Please note: This book was provided to me free of cost by McGraw-Hill. Even so, this is an honest, objective review of the book!

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Deductions For Charity Donations

Donating to charity does not only have positive spiritual effects on an individual but it can also provide them with some useful tax deductions. If you are interested in learning more about charity tax deductions, read on.


Charity Tax Deduction Mechanisms  

First of all, keep in mind it is crucial to start itemizing your deductions on your tax return. This way, you will manage to more easily take income tax deductions for gifts to money raising charity organizations. These charity organizations need to be fully qualified, so make sure you get some information regarding the legitimacy of the charity before pulling out your checkbook. Taxpayers are allowed to enjoy certain deductions of their taxes, which has a standard value. The pay off of the respective itemization will occur only after you will exceed the respective deductions.

The standard value of this deduction does not have a fixed value and it tends to vary from one year to another. Be one step ahead of things and inquire about the value of the standard for the year you are filing your taxes for. You will need Form 1040 and Schedule A to itemize your deductions and also to deduct your donations to charity.  


Only Pick Qualified Charities

Moreover, know that the majority of charities do qualify for donations that are tax-deducible. However, there are some who will not be able to help you out in this regard. You need to keep an eye on the 501 (c)(3) designation so there are no questions about it. There are also plenty of charities that are tax-exempt – small nonprofit organizations or churches are some fine examples here. They can still receive donations that are tax-deductible. Get in touch with the organization you are considering donating money to and ask about the tax-deductible character of the donation you are about to make. The official IRS web site should also provide you with all the required data. Donating money to an individual or a foreign charity organization or foreign government is not considered to be a donation you can deduct taxes out of. The same goes for donating to support political campaigns or parties or social welfare organizations.


When Dies A Donation Become Deductible?

Briefly put, the same year in which it has been made. You will have paid your contribution when you will have laced your check in the mail, or when the donation has been charged to your credit card. You will also need to make sure that your donation will be made by the 31st of December the same year when you are planning on claiming your tax deduction. International donations to charities registered in the United States are tax deductible. The lack such registration will attract the lack of deductibility. If you would like to earn more money so you can donate more, go to and purchase your tickets for the biggest lotteries in the world. Look at the online lottery results for the previous draws and pick your lucky numbers online either manually or by letting your destiny decide using the autobuy option.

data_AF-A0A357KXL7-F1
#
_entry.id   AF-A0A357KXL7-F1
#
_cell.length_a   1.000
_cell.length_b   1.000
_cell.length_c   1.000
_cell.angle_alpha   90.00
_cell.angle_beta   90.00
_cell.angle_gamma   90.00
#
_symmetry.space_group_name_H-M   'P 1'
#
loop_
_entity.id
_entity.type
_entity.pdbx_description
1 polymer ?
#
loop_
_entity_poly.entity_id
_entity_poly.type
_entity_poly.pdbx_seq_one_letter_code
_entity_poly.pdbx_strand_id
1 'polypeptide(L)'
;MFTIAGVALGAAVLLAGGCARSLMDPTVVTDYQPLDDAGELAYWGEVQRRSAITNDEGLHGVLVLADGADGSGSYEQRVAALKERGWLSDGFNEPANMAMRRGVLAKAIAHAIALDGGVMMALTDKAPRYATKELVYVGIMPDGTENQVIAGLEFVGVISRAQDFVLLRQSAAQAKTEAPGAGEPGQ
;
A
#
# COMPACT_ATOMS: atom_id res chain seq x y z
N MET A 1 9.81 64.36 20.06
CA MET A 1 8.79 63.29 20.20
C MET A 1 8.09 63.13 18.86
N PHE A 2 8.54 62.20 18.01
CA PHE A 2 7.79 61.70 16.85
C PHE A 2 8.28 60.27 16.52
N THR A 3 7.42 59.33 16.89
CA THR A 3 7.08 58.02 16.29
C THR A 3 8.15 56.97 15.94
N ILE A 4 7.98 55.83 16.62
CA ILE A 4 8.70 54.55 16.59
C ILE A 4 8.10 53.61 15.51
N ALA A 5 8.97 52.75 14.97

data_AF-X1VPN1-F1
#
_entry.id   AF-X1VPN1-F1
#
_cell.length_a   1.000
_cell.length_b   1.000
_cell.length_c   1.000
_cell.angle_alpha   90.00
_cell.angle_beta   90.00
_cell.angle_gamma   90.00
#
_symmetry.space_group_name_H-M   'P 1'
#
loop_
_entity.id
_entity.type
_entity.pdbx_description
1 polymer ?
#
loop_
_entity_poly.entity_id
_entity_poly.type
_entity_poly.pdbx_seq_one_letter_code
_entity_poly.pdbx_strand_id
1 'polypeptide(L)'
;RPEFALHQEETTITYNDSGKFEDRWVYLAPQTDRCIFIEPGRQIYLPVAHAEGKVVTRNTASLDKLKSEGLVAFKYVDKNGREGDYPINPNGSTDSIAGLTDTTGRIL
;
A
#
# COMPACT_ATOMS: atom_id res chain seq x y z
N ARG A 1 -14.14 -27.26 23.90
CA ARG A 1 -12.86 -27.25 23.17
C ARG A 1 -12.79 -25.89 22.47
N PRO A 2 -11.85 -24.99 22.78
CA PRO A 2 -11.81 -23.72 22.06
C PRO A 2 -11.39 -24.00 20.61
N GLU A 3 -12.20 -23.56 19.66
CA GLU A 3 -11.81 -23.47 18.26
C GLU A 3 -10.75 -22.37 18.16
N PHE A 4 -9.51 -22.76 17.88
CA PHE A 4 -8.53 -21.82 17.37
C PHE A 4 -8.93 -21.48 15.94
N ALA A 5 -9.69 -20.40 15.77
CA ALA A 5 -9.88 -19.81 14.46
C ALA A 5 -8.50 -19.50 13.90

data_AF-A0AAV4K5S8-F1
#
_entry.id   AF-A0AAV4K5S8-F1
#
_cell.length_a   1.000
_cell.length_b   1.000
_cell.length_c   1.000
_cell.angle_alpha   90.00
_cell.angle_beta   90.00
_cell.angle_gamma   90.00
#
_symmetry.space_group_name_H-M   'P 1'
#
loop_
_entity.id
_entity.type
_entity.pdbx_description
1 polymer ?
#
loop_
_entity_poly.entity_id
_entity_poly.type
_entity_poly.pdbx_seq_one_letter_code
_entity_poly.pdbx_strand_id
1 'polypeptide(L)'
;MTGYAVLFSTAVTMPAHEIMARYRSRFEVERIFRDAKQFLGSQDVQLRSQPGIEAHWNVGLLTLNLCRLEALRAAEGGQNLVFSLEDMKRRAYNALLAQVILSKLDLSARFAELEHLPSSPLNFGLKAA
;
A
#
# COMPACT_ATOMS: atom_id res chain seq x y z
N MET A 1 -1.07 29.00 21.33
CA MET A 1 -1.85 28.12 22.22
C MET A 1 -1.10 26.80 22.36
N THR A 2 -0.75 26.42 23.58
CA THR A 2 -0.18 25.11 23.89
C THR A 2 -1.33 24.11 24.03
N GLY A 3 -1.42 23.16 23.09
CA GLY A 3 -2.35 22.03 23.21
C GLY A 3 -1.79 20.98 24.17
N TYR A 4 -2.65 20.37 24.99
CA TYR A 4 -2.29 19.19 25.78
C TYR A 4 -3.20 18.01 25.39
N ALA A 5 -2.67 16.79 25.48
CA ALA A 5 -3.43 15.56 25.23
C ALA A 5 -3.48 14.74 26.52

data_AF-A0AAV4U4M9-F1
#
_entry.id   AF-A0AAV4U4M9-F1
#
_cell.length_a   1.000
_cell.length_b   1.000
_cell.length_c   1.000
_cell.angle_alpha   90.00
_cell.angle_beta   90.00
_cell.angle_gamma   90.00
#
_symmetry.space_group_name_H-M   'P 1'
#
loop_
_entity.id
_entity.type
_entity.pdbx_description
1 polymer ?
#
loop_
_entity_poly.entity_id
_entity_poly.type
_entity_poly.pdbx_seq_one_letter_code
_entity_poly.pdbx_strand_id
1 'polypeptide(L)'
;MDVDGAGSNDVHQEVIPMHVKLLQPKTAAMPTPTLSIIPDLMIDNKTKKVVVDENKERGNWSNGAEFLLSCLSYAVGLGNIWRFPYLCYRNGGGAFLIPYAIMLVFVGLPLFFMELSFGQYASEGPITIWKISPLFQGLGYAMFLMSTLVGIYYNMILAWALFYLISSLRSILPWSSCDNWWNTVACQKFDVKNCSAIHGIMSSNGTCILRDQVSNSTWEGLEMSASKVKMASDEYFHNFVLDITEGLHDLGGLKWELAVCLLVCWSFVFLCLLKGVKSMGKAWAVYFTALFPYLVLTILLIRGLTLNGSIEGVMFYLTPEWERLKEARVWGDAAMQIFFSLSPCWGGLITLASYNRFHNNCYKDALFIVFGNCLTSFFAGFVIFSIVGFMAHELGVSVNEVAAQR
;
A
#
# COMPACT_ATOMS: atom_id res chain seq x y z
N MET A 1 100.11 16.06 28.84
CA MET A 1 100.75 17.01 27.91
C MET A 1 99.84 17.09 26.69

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Women and Money: Women Have Unique Financial Planning Needs

Carol Moretti (seated) and Lisa Deane
Carol Moretti (seated) and Lisa Deane
Carol Moretti (seated) and Lisa Deane

In my living room sat an architect, a CPA, a healthcare executive, a innovation consultant, a marketing and branding expert, a retired attorney, a writer for the Huffington Post, a clutter coach, an interior designer, a home staging specialist, a jewelry designer, a technical writer, and a newspaper columnist. We were joined by an IT manager, a freelance interactive producer, an owner of a cooking-party company, an owner of a company specializing in culinary health education for kids, a development director, a yoga instructor, a marketing consultant, a personal fashion stylist, a trade marketing manager and a business student. All women. All interesting and accomplished.

Women are as diverse as any other group of people in their career choices and in their lifestyles. But women also share distinct attributes: They are great communicators, relationship builders and nurturers. They also share unique financial planning needs. For example, many women are concerned that they will be old and poor and alone. Look at these facts:

  • Eighty percent of American women will find themselves the sole keepers of their personal finances at some point during their lives, However, most of those women feel financially insecure, despite controlling more wealth, having more education and being more involved in financial decisions.
  • Women still make less than men make in similar occupations.
  • Women’s careers are often interrupted by family needs, such as childcare and eldercare, which limits their opportunity for income and retirement savings growth.
  • Many women fear losing everything and becoming bag ladies (and it doesn’t seem to matter how much money they have or make).